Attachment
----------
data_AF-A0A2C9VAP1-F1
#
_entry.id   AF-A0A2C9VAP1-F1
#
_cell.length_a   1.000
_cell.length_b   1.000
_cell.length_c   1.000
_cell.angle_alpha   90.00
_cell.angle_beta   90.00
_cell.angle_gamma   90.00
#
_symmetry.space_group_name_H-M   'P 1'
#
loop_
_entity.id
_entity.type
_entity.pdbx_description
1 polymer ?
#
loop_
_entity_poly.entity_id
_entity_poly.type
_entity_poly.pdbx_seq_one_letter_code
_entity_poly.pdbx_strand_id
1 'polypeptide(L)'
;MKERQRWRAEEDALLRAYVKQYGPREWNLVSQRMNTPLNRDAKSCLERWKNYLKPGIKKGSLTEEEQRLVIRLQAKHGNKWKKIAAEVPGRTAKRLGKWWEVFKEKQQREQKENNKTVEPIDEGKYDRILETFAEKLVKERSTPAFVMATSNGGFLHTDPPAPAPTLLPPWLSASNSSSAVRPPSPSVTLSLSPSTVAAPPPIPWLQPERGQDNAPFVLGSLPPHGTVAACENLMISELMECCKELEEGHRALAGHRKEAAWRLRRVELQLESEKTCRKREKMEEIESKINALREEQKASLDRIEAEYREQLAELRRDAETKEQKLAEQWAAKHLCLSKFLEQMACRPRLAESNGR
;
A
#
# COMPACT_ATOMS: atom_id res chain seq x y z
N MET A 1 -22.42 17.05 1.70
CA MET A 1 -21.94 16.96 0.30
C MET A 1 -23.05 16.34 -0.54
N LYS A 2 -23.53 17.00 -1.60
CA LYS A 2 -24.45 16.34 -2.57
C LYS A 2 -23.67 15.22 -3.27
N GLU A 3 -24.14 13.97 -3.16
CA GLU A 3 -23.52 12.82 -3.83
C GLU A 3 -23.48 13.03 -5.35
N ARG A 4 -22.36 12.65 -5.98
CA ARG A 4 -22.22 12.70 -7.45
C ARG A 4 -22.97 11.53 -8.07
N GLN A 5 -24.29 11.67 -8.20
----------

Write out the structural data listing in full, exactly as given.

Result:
data_AF-A0A2C9VAP1-F1
#
_entry.id   AF-A0A2C9VAP1-F1
#
_cell.length_a   1.000
_cell.length_b   1.000
_cell.length_c   1.000
_cell.angle_alpha   90.00
_cell.angle_beta   90.00
_cell.angle_gamma   90.00
#
_symmetry.space_group_name_H-M   'P 1'
#
loop_
_entity.id
_entity.type
_entity.pdbx_description
1 polymer ?
#
loop_
_entity_poly.entity_id
_entity_poly.type
_entity_poly.pdbx_seq_one_letter_code
_entity_poly.pdbx_strand_id
1 'polypeptide(L)'
;MKERQRWRAEEDALLRAYVKQYGPREWNLVSQRMNTPLNRDAKSCLERWKNYLKPGIKKGSLTEEEQRLVIRLQAKHGNKWKKIAAEVPGRTAKRLGKWWEVFKEKQQREQKENNKTVEPIDEGKYDRILETFAEKLVKERSTPAFVMATSNGGFLHTDPPAPAPTLLPPWLSASNSSSAVRPPSPSVTLSLSPSTVAAPPPIPWLQPERGQDNAPFVLGSLPPHGTVAACENLMISELMECCKELEEGHRALAGHRKEAAWRLRRVELQLESEKTCRKREKMEEIESKINALREEQKASLDRIEAEYREQLAELRRDAETKEQKLAEQWAAKHLCLSKFLEQMACRPRLAESNGR
;
A
#
# COMPACT_ATOMS: atom_id res chain seq x y z
N MET A 1 -22.42 17.05 1.70
CA MET A 1 -21.94 16.96 0.30
C MET A 1 -23.05 16.34 -0.54
N LYS A 2 -23.53 17.00 -1.60
CA LYS A 2 -24.45 16.34 -2.57
C LYS A 2 -23.67 15.22 -3.27
N GLU A 3 -24.14 13.97 -3.16
CA GLU A 3 -23.52 12.82 -3.83
C GLU A 3 -23.48 13.03 -5.35
N ARG A 4 -22.36 12.65 -5.98
CA ARG A 4 -22.22 12.70 -7.45
C ARG A 4 -22.97 11.53 -8.07
N GLN A 5 -24.29 11.67 -8.20